SN Applied Sciences

, 1:704 | Cite as

Development of a new magnetic measurement bench for in-vacuum undulators

  • M. DalliEmail author
  • M. Calvi
  • A. Sammut
  • N. Sammut
  • T. Schmidt
Short Communication
Part of the following topical collections:
  1. 3. Engineering (general)


Magnetic measurement benches are used to measure the magnetic field profile of insertion devices such as undulators. A critical feature of these benches is the traversal of a measurement head such as a Hall probe through the undulator whilst keeping it perfectly centered, ensuring that the measurement obtained is not distorted by physical displacements of the probe during measurement. This paper presents a detailed novel design for a new magnetic measurement bench based on the SAFALI Hall probe positioning system, which facilitates the measurement as well as magnetic optimisation of the magnetic field from inside of a vacuum chamber. The paper gives a brief introduction to in-vacuum undulators and describes the new developments in the magnetic measurement bench. The design of the electronics involved in the bench is then explained, including the wireless communication systems used to operate the bench. The reproducibility of magnetic field measurements as well as the precision of the hall probe positioning are also discussed and presented.


ATHOS soft X-ray beam line Magnetic measurement bench Undulator 

1 Introduction

Undulators are the insertion devices used in the new generation light sources to produce high brilliance X-ray beams. With respect to dipole magnets, they have a higher spectral density due to the interference effect that is produced by their periodic magnetic field profile. This produces a spectrum peaked at a given photon energy and its higher order harmonics. The main undulator parameters are the period length \(\lambda _{u}\) measured in millimeters (mm) and the magnetic field amplitude B measured in Tesla (T), which define the radiation wavelength by 1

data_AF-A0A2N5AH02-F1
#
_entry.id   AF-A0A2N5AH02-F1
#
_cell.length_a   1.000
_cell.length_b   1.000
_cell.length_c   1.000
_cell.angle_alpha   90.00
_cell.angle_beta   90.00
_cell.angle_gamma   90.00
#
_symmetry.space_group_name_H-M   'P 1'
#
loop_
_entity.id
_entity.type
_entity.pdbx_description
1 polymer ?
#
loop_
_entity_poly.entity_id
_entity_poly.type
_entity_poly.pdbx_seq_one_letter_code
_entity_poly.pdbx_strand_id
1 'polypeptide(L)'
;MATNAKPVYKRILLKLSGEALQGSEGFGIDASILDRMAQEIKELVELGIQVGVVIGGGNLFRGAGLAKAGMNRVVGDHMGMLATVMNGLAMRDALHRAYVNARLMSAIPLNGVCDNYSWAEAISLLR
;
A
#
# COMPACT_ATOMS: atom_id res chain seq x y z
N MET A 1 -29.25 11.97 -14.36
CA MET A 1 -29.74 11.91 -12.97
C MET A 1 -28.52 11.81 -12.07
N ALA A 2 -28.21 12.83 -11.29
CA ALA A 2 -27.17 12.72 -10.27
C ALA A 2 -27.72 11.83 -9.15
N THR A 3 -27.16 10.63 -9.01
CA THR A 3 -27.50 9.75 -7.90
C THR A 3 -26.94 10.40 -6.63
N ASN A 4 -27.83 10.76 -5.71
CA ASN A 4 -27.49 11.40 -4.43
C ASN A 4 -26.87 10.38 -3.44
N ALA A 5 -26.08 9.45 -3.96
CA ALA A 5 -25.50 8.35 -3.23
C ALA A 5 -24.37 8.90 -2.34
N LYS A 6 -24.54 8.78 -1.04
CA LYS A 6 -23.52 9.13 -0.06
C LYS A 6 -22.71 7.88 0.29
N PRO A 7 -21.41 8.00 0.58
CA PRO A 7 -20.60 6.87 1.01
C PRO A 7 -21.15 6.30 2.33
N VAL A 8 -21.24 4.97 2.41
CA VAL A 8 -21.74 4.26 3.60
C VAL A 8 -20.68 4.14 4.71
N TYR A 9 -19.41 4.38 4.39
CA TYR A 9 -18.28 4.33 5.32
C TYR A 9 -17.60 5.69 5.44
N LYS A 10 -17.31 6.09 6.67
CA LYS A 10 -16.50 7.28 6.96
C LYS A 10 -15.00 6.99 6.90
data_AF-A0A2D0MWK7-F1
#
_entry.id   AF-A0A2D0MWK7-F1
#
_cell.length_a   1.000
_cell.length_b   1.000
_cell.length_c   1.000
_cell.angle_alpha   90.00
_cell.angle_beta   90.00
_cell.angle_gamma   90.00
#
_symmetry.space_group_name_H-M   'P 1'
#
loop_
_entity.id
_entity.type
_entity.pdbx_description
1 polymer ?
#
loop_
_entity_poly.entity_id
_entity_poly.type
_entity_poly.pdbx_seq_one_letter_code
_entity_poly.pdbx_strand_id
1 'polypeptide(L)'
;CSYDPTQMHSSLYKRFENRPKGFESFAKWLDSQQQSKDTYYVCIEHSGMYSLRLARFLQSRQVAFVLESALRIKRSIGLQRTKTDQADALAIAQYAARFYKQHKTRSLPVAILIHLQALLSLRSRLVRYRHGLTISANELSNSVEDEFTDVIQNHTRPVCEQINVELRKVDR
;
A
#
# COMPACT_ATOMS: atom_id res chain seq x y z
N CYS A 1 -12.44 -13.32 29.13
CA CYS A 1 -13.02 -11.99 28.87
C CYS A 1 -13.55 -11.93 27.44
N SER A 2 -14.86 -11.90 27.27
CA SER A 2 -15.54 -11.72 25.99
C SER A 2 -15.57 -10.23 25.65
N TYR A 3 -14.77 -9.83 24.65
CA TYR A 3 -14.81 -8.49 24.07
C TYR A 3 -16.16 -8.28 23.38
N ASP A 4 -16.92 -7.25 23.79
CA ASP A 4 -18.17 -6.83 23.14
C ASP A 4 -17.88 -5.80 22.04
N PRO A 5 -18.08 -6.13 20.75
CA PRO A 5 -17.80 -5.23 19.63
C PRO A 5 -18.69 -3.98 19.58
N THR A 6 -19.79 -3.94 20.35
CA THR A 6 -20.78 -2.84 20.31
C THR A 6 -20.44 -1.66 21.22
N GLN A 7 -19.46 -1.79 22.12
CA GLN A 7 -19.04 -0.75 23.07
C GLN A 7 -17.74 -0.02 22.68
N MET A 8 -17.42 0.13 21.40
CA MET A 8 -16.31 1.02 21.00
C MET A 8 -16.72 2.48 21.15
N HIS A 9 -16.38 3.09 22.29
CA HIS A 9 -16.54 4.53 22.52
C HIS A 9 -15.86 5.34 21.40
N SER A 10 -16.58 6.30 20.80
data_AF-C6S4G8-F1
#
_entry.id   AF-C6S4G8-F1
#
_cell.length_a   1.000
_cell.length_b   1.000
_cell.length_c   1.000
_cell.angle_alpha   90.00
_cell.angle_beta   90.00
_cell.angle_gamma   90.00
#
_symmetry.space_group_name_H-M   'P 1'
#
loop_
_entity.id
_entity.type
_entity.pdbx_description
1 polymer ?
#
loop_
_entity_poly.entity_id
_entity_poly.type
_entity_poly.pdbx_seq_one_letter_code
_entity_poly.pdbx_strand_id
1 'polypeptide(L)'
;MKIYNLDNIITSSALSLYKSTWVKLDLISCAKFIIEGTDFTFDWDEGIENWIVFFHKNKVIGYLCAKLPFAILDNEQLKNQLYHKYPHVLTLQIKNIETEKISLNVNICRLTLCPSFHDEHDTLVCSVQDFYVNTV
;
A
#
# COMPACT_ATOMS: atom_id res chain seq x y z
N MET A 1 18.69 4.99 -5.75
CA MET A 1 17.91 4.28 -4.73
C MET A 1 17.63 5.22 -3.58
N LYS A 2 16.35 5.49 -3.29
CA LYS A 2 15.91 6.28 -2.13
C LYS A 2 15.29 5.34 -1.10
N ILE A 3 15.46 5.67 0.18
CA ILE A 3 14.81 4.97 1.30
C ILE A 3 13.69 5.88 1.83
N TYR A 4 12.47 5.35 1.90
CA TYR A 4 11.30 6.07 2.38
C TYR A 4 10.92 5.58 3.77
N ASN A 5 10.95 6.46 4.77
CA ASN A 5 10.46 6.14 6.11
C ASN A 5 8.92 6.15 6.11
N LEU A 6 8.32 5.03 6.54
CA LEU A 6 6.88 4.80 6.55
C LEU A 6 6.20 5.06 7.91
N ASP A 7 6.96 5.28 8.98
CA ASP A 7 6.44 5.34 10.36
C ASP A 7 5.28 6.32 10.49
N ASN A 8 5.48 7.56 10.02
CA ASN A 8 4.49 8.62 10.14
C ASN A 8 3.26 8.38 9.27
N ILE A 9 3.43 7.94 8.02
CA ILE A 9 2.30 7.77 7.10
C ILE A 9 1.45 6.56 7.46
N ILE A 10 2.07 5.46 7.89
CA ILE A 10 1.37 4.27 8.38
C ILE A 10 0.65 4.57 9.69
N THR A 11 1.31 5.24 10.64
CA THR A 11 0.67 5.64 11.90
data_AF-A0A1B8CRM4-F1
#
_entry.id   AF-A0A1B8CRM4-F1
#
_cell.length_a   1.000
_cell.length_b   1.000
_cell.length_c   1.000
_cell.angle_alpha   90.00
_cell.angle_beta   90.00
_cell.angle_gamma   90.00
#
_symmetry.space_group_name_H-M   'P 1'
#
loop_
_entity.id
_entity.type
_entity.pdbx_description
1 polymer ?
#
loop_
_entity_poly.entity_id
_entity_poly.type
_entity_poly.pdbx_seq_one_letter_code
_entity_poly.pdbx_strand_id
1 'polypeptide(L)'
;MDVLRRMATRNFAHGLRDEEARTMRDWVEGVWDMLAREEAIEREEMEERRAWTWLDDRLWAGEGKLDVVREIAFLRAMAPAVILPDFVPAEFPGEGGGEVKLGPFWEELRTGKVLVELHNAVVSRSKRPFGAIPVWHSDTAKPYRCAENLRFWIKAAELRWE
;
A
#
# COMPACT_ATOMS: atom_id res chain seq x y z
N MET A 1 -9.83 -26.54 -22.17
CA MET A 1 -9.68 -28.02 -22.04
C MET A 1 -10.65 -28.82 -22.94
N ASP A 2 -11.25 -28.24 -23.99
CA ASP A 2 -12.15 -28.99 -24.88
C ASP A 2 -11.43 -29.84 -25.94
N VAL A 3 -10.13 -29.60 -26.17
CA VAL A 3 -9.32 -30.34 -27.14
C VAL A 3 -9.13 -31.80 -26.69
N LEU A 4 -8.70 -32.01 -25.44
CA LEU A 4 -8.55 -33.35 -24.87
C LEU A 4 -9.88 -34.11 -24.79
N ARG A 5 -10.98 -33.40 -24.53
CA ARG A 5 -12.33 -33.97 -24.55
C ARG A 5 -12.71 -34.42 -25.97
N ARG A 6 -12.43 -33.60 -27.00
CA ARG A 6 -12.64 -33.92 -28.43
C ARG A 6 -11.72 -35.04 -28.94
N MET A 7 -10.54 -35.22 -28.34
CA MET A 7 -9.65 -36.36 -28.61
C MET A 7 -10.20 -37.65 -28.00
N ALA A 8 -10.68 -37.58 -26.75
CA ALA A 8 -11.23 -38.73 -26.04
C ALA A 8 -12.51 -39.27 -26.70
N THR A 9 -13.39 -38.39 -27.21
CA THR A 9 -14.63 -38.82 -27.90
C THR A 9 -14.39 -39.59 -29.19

$$\begin{aligned} \lambda = \frac{\lambda _{u}}{2n\gamma ^{2}} \left( 1 + \frac{1}{2}K^{2}\right) \end{aligned}$$
where \(\hbox {K} = 0.09334\hbox {(B)} (\lambda _u)\), \(\gamma\) is the relativistic Lorenz factor and n is the harmonic number.

In-Vacuum permanent magnet undulators (IVUs) are the state of the art for hard X-ray sources in medium energy storage rings (\(<\hbox {3GeV}\)) and compact Free Electron Lasers (FELs, \(<\hbox {8GeV}\)) [1]. The absence of a vacuum chamber between the magnet arrays and relativistic electron beam in IVUs, allow for operation of the device at lower vertical aperture, thus increasing the magnetic field. IVUs are usually designed with short magnetic periods, as low as 15 mm for operation at room temperature and down to 9 mm [2] for operation at cryogenic temperatures, where the permanent magnets yield higher remanence and higher coercivity fields [3].